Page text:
This year marks the 19th anniversary of the attacks on the World Trade Center. The effects of 9/11 continue as individuals grieve the loss of loved ones and suffer from emotional and physical impacts of the event.
First responders were strongly affected by 9/11. Many have faced and continue to face the physical impact of breathing in debris that erupted from the collapsed towers. Emerging conditions include mesothelioma, asbestosis, lung cancer and other serious diseases.
How Many First Responders Have Been Affected by 9/11?
First Responder WTC Health Program Enrollment 2016 – 2020
- June 2016 – 65,185
- June 2017 – 67,905
- June 2018 – 71,835
- June 2019 – 76,103
- June 2020 – 79,001
It is difficult to document the number of first responders facing health effects from 9/11. The World Trade Center Health Program (WTC Health Program) provides data about those that have enrolled.
Over the past four years, enrollment of first responders has increased by around 13,800 individuals. Participants are seeking help with specialized healthcare. This includes monitoring, screening and/or treatment.
What Types of First Responders Were Involved With 9/11?
First responders enrolled in the WTC Health Program include general responders, New York City Fire Department (FDNY) responders and Pentagon/Shanksville responders. This includes firefighters, EMTs, police officers, rescue team members and many more.
Data from the Centers for Disease Control and Prevention (CDC) shows 58% of enrollees constitute general responders. This is 61,075 individuals. This does not account for those that have passed away.
What Types of Conditions Result From 9/11?
First responders face a variety of physical and mental health conditions as a result of the attacks on the twin towers.
Cancers certified by the WTC Health Program include:
- Breast (female)
- Non-melanoma skin cancer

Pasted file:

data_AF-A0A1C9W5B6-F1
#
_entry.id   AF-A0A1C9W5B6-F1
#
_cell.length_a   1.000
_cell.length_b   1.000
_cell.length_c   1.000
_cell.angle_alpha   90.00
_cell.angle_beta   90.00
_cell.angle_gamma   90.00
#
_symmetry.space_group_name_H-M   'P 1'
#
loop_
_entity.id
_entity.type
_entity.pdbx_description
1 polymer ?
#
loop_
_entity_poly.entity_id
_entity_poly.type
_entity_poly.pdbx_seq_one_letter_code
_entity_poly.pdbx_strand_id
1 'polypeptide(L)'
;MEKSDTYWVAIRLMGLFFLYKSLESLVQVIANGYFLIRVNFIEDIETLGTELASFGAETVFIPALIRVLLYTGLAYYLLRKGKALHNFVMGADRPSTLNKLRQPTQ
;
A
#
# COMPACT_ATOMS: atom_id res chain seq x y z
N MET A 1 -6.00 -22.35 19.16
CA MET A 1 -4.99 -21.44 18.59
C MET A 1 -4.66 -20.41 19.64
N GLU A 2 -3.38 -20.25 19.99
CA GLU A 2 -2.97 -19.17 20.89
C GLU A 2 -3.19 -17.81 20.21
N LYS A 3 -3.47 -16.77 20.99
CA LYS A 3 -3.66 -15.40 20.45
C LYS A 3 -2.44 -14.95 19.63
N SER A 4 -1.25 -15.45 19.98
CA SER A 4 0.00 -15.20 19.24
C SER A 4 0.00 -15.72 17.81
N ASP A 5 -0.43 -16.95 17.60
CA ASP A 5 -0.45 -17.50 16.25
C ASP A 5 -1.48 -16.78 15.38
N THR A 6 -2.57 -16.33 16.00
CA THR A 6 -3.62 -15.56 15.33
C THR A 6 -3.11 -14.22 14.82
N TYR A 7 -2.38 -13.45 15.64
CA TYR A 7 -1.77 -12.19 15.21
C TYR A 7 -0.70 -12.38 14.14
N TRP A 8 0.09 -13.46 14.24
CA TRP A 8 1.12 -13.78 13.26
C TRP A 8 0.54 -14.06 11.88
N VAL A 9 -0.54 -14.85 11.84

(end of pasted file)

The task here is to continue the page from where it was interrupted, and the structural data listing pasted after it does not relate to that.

Other conditions certified by the WTC Health Program include:
- Chronic rhinosinusitis
- Gastroesophageal reflux disease
- Sleep apnea
- Post-traumatic stress disorder (PTSD)
- Chronic respiratory disorder
- Chronic obstructive pulmonary disease (COPD)
- Anxiety disorder
- Major depressive disorder
First Responders and Asbestos-Related Conditions
Asbestos causes or is linked to the following conditions:
This list is non-exhaustive. Research continues to identify connections between asbestos exposure and the development of serious illnesses.
Asbestos was present at the disaster site and was in the resulting plume of smoke. Many first responders were dealing directly with asbestos-containing materials (ACMs) as they moved and dug through the rubble. They were also breathing in strong concentrations of the dust and debris in the air.
Higher concentrations of asbestos exposure and longer durations of exposure increase the risk of developing asbestos diseases. As a result, first responders make up a large portion of those battling asbestos conditions.
The Long-Lasting Impact of Harmful Exposure From the World Trade Center
Although 9/11 took place 19 years ago, many first responders are only now dealing with serious health effects. Some conditions, such as mesothelioma, have a long latency period. This means it can take decades for patients to recognize any symptoms.
First responders may not develop asbestos-related cancer until 10 – 50 years after exposure on 9/11.
Programs such as the WTC Health Program may be able to improve prognosis for first responders. Frequent monitoring and screening may be able to detect early signs of cancer. Early detection often allows for more aggressive treatment options and an improved prognosis.
Help for 9/11 First Responders
First responders facing 9/11 health effects can seek help. The WTC Health Program is often a starting point. Responders can apply for the program and explore options for medical assistance.
There are also financial resources available. The 9/11 Victim Compensation Fund (VCF) was established to offer financial help to first responders dealing with 9/11 illnesses.
In July 2019, President Trump signed an important bill for the VCF. This instituted a permanent extension of VCF funding. The bill authorized an additional $10.2 billion for 10 more years (from when the bill was signed). It also provided funding until 2090. This is financial assistance for first responders for the rest of their lives.